Sweden took over the rotating European Union
presidency, Wednesday, following a troubled six-month tenure under the Czech
Republic that saw Prague's government collapse. Stockholm faces big challenges
ahead - from tackling the economy to climate change.
Analysts are hailing
the new Swedish presidency of the European Union as bringing stability to the
27-member bloc in troubled times. The previous Czech presidency was a
particularly rocky one, marked by the collapse of Prague's government and
internal power divisions - with Czech President Vaclav Klaus a prominent
Analyst Philip Whyte, of the Center for European Reform in
London, sums up the sentiments of many observers.
"I think the overall
assessment of the Czech presidency is that it was a relatively chaotic one,
although in fairness to the Czechs, they had a pretty horrible legacy," he said.
"They took over from the French and when they took over from the French, the
French President [Nicolas] Sarkozy almost looked as if he was continuing
France's presidency of the EU. It was a difficult transition. And, the Czech
presidency was obviously affected by political instability, with the government
The Swedes will not have an easy ride. On their plate is the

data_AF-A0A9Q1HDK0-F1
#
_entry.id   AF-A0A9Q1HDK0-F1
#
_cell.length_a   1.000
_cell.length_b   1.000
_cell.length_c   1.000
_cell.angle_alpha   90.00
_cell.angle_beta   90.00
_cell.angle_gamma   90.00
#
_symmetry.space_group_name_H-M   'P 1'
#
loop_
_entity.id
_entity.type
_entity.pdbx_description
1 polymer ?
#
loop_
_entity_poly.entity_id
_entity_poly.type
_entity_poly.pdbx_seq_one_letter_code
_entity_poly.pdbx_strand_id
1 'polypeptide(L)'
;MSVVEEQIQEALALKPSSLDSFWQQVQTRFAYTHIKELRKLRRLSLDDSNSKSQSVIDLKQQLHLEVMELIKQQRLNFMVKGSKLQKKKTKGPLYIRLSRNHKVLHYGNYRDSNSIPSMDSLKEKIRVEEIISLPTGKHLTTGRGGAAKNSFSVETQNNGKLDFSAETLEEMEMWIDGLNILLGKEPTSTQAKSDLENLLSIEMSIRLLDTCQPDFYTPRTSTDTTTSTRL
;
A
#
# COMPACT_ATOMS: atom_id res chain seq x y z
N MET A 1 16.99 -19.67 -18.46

fate of a key EU reform charter, known as the Lisbon Treaty. Irish voters are
expected to approve the treaty during a referendum in October, after rejecting
it the first time. But, if they reject it a second time, the EU will plunge into
The bloc is also trying to figure out how to fund ambitious
promises to tackle climate change and to coax big carbon-dioxide emitters like
the United States and China to make more cuts before a key climate change summit
Whyte says the economic crisis tops the priority
"First of all, it's obviously got the economic context and the
trouble is the EU presidencies don't really have very much power to deal with
that because a lot of the economic instruments are in the hands of national
governments," he said.
Still, Whyte believes Sweden will do a good job
heading the EU. In addition to having a stable government, Stockholm is known as
being consensus-oriented and favoring an outward looking and economically
liberal European Union - qualities, he says will be appreciated at the EU
headquarters in Brussels.